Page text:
I’ve just released my third book, The Mental Game of Trading, and couldn’t be more excited. It was three years in the making and I’m super happy with how it came out.
For those of you that know my work, I have often talked about the ways in which my system works across many fields. That’s why I was able to move from golf to poker, and then poker led to trading, esports, business, and other professions. Given that, one question I wanted to address is how this book is a distinct upgrade from my previous books, The Mental Game of Poker 1 & 2.
Put simply, the four biggest improvements are:
- My system is more systemized and easier to follow.
- You’ll feel more like a client as you read this one. I’ve mapped the process clients move through to identify, work on, and solve issues, and have included an entire troubleshooting chapter.
- There is more content—a lot of it. At 310 pages, this book is about 80% longer and there’s no fat.
- Within the expanded content, there is a ton of additional details/specifics around each problem, especially with high expectations and perfectionism.
Let me tell you a little more about each one of these.
My System is Systemized
First and foremost, it’s been 10 years since I released the first book. With each book, I was forced to consolidate my knowledge and that led to huge leaps in my expertise. I think the reason I needed three years to write this book, in addition to being quite busy with my client work, is that it took a long time to download and distill what I had learned over the years. Working through all that material has allowed me to make my system that much tighter. It’s as close as you can get in written form to having a coach right there with you telling you what to do next.
Most importantly, the system prioritizes resolution. I love getting feedback from readers and actively sought out what the poker books did well and where they fell short. As I’ve read through and listened to comments, I got the feeling people weren’t using the material to work towards resolution. Thinking about it, I realized that I put too much emphasis on Injecting Logic and not enough on resolution. While Injecting Logic is a critical tool, it’s not the end game. The end game is resolution. That’s how you eliminate your problems for good. Resolution, and how to work the process to get there, is much more front and center throughout The Mental Game of Trading.
Feel Like a Client
With the system being laid out in this way, the book more closely mirrors my actual coaching process. Those of you who have completed coaching with me in the past will recognize the steps. In hindsight it all seems quite obvious to structure it this way, but it took a lot of work to get things this clear.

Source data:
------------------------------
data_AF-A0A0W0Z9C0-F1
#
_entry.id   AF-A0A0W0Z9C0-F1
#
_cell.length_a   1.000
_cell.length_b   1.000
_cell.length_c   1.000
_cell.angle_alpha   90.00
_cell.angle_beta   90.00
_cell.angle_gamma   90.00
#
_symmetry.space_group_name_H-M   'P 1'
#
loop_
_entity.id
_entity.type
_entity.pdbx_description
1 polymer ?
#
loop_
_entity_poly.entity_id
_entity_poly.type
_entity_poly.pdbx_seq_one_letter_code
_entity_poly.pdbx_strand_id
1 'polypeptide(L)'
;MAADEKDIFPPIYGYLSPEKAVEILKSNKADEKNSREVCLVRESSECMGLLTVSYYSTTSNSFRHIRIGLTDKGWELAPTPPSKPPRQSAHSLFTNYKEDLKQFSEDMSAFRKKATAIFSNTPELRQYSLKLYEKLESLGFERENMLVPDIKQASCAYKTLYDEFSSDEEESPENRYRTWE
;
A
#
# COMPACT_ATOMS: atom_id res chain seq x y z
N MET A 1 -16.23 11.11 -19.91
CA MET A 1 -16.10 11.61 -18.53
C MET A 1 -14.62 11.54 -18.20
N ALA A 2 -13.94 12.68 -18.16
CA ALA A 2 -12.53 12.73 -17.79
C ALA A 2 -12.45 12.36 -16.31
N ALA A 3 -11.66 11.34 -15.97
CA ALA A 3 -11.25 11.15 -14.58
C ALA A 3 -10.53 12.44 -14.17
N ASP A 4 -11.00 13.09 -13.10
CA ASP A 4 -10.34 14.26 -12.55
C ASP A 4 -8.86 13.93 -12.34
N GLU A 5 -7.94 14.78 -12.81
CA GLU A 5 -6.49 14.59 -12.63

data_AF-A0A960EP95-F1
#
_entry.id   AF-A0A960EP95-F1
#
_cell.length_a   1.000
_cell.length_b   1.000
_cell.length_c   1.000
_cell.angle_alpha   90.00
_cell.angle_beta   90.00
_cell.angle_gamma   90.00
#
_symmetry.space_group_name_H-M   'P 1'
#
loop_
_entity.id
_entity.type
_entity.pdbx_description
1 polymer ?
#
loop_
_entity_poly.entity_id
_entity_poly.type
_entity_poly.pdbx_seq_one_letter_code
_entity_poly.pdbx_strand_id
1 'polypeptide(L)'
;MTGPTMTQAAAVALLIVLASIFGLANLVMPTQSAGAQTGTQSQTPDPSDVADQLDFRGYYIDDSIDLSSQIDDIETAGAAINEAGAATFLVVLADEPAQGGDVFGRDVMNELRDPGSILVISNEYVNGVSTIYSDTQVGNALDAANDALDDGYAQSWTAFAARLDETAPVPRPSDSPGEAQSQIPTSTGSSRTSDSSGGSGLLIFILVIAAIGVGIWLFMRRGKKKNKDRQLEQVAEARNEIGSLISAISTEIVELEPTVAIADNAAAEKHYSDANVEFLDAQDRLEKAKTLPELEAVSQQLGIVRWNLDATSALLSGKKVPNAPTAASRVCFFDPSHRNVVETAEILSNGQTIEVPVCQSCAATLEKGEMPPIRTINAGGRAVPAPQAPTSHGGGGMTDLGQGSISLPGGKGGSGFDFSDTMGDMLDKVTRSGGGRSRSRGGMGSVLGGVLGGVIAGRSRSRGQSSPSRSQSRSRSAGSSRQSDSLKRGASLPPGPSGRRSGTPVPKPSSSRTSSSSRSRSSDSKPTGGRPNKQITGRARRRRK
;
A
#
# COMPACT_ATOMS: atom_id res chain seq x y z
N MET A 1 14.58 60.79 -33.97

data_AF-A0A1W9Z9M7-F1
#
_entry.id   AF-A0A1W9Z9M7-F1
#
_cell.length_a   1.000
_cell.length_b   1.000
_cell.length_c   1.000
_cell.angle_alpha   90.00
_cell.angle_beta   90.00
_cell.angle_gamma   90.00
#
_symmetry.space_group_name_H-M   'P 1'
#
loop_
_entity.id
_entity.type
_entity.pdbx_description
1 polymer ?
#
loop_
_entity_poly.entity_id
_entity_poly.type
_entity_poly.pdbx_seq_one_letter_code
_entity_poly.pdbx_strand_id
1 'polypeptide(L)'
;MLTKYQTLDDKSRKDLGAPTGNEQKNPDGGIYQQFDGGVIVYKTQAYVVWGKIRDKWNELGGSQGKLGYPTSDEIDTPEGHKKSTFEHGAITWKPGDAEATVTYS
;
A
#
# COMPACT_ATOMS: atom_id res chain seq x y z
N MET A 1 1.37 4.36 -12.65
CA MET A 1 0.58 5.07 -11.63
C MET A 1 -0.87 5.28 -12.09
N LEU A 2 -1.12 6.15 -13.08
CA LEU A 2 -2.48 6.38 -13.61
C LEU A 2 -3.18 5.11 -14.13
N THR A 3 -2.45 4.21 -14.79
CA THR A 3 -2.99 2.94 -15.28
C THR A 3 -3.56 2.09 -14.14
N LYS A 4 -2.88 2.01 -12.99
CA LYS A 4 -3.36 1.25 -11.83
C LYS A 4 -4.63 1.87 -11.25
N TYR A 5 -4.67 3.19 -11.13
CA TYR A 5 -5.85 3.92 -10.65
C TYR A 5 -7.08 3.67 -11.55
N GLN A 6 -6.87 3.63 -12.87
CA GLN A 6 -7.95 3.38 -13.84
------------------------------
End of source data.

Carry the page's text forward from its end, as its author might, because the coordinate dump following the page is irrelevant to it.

Plus, I have a lot more knowledge about the problems that clients commonly experience as they attempt to make progress. Throughout the book, there’s advice and perspective to help you identify and work through those sticky points so your progress doesn’t get derailed. That culminates with the last chapter of the book, titled “Troubleshooting a Lack of Progress,” which goes into further detail about six of the biggest and most common issues that prevent you from improving, and how to address them. And, because the system is more systemized in this book, you’ll have an easier time isolating the specific reason you’re not making the progress you want.
There’s just more material in this book and that’s simply a byproduct of more experience. I’ve seen more and applied it with clients in many different competitive arenas. I’ve continued to push myself to learn and grow, moving my own Inchworm forward. That’s a big reason why I never took learning to play poker, or learning to trade, seriously. I focused my energy on continuing to level up as a coach. My A-game (and C-game) is a lot stronger than it was a decade ago.
In this book you’ll find more tips on identifying issues, more guidance on mapping your pattern, more detail on the types of problems I see, and more advice on how to solve them. I also pride myself on trying to present the material simply, without a lot of extra words or belaboring points. This book is 80% longer than the poker books and there is no fat. It’s all revised and expanded content. Sure, there’s some repetition in the book, but that’s purposeful. Repetition of key points is critical to learning. Lastly, I’ve included more examples. 17 traders share their stories of how they improved using my system.
To be clear, I’m not suggesting that high expectations or expectations of perfection are inherently a problem. I always tell my clients I want them to aspire as big as their goals are. But high expectations do create a double-edged sword. While it may be a driver of success, it can also create self-inflicted wounds that cause emotional volatility and damaged execution/performance.
These topics are covered throughout the book and then explored in detail for a full 10 pages within the confidence chapter. That section also lays out a strategy that I have been using with clients for the last three or four years that has been reliably helping people across industries make significant improvements. In fact, I recently had several long-standing clients refer their spouses to me on this topic and, as a result, I worked with a cancer radiologist, psychiatric nurse, and graphic designer. While those are not my typical clients, all of them significantly benefited from this material. If you’ve read the poker books and haven’t gotten over the hump on this one, the new book can help.
Overall, I couldn’t be prouder of this book. Whether you are new to my material or looking for the expanded content from the earlier books, I look forward to hearing how The Mental Game of Trading helps you to improve your performance.